Analysing The 9pm Edict’s Hidden Costs

Hero Image of distorted chartI’ve been analysing the time it takes to produce each episode of The 9pm Edict podcast, and the results are disturbing.

Well, they disturbed me.

The Short Version

Audio recording is a relatively small part of the process. My workflows are inefficient, because I’m always playing with the format rather than settling into a routine, let alone automating things.

On a personal note, lack of confidence sometimes slows the creative process. Thanks, brain. I also spend more time fussing over the audio mix than is probably warranted.

The time taken to produce each episode is usually 10x or even 20x longer than the finished podcast. The crowdfunded budget falls way short of proper compensation. And that doesn’t even take into account the time taken to do that crowdfunding.

The Long Version

What I just said, but with charts, and much more background information.

When I started the Edict in 2010, I thought it might appear twice a week, with episodes being 15 or 20 minutes long. But the podcast soon became less frequent, even intermittent. Meanwhile, the duration increased, with episodes sometimes running for more than an hour.

Chart: The 9pm Edict Episode Durations

(If you’re having trouble reading the charts, I’ve also created a PDF file of all three.)

The three Public House Forum episodes, marked “PHF1” through “PHF3”, are amongst the longest, but this Saturday’s episode will be the longest by far.

Since episode 22, I’ve also been keeping track of how much time it takes for pre-production, recording, and post-production.

That includes the initial brainstorming of ideas and gathering of audio grabs, and then the scripting, recording, editing, and mixing. The audio files then have to be compressed and uploaded, to SoundCloud and Spreaker as well as my own website, and the web page needs to include all the credits and some graphics.

It’s a lot.

Chart: The 9pm Edict Episode Production Times

The Public House Forums aren’t necessarily the most time-consuming, because sometimes I get thoroughly carried away with some silly joke. Or I go on an excursion to Cronulla. Or the pub. Or I’ve made a workflow error and have to re-do a chunk of work.

Nor are the longest episodes necessarily those that take longest to produce.

One useful measure is the ratio of production time to the duration of the finished output. And here’s a picture.

The 9pm Edict Chart: Episode Production Ratios

By this measure, the Public House Forum episodes are relatively efficient. Indeed, PHF3 only took so long because I’d made a mistake with audio settings during the live recording, and I needed to manually “fix it in the mix”.

No, the most inefficient episodes by this measure are those with a lot of little audio grabs to download, edit, and script around. It takes me longer to do that than ABC Radio, say, because they have an integrated audio archiving and editing environment on a fast network, whereas I’m searching for news stories and downloading audio and video files over shitty internets.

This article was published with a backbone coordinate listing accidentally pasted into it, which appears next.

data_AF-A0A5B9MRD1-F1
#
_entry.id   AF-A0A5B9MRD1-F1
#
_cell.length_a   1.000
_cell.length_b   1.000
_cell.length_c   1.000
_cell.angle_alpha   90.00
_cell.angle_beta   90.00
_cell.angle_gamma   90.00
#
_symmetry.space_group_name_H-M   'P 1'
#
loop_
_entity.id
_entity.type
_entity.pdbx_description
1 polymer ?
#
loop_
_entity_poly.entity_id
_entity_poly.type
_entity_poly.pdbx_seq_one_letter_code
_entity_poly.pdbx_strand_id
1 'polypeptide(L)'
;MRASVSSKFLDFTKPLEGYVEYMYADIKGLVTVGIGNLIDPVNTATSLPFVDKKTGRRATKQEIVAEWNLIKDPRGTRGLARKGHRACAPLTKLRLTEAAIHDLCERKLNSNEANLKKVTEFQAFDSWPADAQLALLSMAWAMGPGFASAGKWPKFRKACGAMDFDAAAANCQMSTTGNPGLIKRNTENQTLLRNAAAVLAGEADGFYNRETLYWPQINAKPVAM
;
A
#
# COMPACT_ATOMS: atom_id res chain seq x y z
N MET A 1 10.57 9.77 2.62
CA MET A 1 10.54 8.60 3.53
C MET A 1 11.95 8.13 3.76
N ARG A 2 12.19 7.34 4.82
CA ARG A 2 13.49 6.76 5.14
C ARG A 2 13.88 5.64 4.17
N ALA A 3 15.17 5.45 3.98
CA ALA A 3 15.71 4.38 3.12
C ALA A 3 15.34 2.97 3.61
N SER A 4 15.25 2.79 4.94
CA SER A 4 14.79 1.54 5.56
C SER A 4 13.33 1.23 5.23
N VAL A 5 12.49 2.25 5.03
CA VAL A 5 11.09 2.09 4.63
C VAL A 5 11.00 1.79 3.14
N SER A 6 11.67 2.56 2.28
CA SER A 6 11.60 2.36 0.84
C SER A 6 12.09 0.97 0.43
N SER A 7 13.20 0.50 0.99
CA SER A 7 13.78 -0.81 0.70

Not that I’m one to complain.

I’ll dig further into this data, and add notes in the comments. But for now…

The Bottom Line

An episode of the Edict typically takes between 10 and 15 hours to produce. Add in some management time, including analysis like this, and we might as well call it two working days.

If that sounds a lot, remember that the Edict isn’t just a couple of blokes grabbing some news clippings, sitting in front of microphones, recording whatever the fuck comes out of their mouths, and dumping in onto the internet.

These figures are much the same as for comparable radio programs, given that they’re usually not one-person productions, and someone else is providing an efficient working environment.

Apart from my time, I also supply the equipment. It’s not megabucks, but it does mean that I’m not an employee here, nor even a contractor, but a production company.

I haven’t done detailed costings, but I note that back in 2011-2012 the Media, Entertainment & Arts Alliance’s recommended rates for a freelance photographer was $911 per day. For a photojournalist or video journalist, it was $1135 per day. Plus “reasonable out-of-pocket expenses”.

I set my crowdfunded budget of $500 or $700 per episode way too low. It should be $2000 or $2500 per episode. Plus whatever my star value is worth as a value-add.

Yeah OK shut up.

All these costings are obviously based on the Edict being an income generator, not merely paying its own way, rather than being a hobby. That was always my intention, and I’ll put some effort into making that happen over the next few months.

As I said on ABC Radio’s Media Report, I firmly believe that small media operations like the Edict can be audience-supported, just like community broadcasters. It’s all about how you build your audience, build your community, and induce them to open their wallets to pay for something they want.

Meanwhile, I’ll also be pimping out my production services.

Thank you for listening. Now give me some money.